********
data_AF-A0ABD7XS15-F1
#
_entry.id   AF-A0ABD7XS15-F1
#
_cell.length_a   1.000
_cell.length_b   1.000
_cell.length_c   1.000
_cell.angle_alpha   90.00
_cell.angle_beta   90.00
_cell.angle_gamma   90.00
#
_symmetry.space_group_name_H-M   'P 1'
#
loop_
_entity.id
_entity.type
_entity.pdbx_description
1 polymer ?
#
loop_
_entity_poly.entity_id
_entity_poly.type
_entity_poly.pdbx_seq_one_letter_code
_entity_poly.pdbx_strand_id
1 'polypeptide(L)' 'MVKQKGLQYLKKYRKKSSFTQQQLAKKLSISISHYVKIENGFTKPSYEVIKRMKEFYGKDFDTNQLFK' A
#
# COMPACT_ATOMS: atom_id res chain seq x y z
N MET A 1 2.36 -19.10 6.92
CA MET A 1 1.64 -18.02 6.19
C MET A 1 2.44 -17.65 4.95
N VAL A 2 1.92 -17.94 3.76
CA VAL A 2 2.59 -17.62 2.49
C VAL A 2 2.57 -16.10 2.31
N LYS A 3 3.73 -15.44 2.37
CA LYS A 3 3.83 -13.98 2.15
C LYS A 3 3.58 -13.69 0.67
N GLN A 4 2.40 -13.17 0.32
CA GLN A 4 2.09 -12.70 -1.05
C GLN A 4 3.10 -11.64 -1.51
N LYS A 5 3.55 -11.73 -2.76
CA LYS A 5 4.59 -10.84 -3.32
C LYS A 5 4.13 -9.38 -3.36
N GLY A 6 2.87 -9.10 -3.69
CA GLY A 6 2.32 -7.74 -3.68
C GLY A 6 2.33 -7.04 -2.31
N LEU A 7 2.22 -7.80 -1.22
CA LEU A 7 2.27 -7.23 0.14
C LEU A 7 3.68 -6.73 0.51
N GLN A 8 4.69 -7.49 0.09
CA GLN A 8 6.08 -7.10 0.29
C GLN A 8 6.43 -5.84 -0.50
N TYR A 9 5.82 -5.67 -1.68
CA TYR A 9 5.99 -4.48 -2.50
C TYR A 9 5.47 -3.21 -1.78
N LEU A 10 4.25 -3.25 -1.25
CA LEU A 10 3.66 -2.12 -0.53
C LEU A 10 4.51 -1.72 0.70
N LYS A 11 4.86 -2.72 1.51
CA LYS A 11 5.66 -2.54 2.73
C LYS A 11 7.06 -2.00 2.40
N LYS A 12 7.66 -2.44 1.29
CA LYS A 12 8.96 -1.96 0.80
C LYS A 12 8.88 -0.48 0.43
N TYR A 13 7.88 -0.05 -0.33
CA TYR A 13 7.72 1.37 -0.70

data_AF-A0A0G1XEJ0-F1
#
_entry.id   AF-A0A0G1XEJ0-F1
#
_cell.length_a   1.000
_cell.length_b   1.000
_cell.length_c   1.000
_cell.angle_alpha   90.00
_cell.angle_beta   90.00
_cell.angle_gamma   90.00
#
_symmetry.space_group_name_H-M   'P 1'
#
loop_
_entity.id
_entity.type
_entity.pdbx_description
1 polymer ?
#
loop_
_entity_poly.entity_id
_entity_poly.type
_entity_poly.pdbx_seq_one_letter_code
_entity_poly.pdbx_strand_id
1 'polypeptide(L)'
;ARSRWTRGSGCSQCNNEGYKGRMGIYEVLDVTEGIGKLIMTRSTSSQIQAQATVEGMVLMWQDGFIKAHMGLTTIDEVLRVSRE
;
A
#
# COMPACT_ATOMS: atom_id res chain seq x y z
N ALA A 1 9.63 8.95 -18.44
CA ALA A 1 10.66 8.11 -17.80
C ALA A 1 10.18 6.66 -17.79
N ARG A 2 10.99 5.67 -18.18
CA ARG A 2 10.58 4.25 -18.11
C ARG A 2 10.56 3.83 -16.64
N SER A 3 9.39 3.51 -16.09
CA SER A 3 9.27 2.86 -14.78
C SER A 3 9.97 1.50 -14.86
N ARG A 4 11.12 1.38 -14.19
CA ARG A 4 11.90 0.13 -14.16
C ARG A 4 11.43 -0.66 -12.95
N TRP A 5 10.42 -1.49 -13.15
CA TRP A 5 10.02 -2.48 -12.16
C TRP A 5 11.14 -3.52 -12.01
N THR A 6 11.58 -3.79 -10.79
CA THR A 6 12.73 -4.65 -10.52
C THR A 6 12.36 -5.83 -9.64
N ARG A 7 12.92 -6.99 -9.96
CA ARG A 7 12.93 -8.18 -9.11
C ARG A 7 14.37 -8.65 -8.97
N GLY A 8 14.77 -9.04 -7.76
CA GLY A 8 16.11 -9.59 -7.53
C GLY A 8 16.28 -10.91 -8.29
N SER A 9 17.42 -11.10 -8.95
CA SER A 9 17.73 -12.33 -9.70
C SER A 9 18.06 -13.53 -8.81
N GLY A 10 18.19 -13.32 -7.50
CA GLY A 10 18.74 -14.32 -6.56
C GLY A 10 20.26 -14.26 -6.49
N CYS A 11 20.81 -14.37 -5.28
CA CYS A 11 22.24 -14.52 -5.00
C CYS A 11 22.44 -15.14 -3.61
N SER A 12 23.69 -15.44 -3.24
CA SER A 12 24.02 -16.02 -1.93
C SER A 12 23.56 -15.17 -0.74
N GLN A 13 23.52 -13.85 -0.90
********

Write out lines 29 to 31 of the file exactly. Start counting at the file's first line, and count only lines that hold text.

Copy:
CA MET A 1 1.64 -18.02 6.19
C MET A 1 2.44 -17.65 4.95
N VAL A 2 1.92 -17.94 3.76